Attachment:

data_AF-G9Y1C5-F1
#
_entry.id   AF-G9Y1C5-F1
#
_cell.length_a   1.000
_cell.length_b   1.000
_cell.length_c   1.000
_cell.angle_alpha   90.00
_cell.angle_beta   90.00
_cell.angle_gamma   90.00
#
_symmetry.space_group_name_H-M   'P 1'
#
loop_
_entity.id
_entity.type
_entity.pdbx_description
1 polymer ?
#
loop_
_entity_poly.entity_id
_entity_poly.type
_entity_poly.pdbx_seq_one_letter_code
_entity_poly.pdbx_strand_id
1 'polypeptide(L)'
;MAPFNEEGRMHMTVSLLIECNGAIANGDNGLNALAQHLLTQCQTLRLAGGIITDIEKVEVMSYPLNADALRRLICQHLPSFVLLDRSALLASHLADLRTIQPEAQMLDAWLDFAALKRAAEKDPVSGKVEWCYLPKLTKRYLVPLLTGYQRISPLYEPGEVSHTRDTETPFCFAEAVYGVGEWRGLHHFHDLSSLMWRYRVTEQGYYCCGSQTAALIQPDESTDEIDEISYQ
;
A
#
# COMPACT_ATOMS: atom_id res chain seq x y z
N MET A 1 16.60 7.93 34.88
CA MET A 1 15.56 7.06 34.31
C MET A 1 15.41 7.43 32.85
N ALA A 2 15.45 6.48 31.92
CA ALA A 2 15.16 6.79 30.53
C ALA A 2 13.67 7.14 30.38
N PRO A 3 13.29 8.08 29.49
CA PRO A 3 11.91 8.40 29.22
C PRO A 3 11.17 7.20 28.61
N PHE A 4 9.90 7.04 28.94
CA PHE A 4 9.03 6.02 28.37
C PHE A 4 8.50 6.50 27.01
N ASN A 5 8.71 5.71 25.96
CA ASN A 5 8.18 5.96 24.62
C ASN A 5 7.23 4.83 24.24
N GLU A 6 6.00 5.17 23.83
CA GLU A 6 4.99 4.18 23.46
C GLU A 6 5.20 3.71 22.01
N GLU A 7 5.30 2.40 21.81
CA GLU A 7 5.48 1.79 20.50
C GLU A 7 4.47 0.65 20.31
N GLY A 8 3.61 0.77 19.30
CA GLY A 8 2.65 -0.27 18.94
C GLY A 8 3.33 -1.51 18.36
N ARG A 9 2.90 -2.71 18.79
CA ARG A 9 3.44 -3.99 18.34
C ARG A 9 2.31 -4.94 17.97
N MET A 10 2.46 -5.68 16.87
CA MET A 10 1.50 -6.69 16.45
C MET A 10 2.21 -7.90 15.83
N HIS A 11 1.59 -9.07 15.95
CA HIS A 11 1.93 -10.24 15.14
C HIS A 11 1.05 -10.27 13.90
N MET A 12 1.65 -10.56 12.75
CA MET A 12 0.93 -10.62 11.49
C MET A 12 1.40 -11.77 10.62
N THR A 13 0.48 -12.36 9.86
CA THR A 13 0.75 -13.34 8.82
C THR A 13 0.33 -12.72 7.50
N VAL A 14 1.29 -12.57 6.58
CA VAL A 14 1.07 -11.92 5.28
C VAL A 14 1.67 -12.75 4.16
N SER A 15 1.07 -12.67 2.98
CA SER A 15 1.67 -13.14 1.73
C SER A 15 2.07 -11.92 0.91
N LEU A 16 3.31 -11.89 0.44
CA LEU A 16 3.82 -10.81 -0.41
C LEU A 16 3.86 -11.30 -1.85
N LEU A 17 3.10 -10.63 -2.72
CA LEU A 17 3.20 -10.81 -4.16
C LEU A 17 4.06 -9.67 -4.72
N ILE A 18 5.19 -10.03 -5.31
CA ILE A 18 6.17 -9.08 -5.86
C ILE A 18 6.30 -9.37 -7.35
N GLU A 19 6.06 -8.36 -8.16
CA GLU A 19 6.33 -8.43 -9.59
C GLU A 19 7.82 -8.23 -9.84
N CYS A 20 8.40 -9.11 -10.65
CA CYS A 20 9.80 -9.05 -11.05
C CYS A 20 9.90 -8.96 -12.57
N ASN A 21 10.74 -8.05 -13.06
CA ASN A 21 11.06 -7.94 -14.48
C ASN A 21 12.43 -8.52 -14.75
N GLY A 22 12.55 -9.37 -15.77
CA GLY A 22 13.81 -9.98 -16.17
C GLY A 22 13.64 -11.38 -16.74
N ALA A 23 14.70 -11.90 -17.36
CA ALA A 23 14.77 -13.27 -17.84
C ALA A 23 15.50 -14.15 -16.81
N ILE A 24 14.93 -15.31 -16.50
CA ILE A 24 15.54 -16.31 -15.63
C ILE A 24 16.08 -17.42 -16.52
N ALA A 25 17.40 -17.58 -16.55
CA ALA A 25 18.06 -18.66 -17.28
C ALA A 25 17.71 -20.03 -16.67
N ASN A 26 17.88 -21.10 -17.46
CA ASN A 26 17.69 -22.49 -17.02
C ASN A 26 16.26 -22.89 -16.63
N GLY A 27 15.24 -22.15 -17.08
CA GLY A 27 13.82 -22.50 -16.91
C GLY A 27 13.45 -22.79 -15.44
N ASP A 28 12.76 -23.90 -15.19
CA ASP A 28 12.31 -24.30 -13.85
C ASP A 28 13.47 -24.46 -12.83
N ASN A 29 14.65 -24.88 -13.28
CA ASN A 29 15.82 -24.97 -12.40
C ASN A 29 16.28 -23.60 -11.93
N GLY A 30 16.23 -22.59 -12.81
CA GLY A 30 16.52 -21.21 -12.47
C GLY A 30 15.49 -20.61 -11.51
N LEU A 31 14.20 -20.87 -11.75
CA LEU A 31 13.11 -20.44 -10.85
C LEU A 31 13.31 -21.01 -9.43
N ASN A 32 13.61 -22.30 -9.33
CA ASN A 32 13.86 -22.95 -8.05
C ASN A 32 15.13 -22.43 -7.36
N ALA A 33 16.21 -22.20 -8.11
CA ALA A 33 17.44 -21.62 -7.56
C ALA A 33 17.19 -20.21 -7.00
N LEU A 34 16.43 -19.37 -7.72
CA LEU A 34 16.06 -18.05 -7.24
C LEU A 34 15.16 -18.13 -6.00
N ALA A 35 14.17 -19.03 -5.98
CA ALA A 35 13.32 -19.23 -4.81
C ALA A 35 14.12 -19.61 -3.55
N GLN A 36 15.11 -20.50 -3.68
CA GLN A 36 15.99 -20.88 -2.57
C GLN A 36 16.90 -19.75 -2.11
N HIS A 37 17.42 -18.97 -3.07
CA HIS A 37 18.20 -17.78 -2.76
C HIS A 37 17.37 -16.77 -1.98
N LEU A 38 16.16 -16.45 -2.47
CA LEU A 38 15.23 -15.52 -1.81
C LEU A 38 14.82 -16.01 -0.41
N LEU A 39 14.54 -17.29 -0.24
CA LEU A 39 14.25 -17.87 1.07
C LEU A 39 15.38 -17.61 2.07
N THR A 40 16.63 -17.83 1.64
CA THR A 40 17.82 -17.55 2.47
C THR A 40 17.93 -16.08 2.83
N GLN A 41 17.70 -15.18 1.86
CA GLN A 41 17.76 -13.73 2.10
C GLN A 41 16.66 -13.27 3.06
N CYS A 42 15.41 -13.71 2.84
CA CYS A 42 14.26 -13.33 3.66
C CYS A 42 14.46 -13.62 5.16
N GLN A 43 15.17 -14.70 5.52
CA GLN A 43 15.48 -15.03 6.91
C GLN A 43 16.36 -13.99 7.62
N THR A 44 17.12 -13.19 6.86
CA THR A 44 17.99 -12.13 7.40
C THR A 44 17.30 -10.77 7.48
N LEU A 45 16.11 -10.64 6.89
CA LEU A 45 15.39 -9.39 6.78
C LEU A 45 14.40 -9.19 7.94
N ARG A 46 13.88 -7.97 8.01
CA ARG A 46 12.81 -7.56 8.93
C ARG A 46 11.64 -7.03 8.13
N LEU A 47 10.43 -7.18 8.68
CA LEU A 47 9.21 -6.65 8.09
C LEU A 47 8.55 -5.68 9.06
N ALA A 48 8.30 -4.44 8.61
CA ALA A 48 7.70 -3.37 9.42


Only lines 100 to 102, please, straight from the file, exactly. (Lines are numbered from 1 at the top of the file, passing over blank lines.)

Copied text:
N ILE A 24 14.93 -15.31 -16.50
CA ILE A 24 15.54 -16.31 -15.63
C ILE A 24 16.08 -17.42 -16.52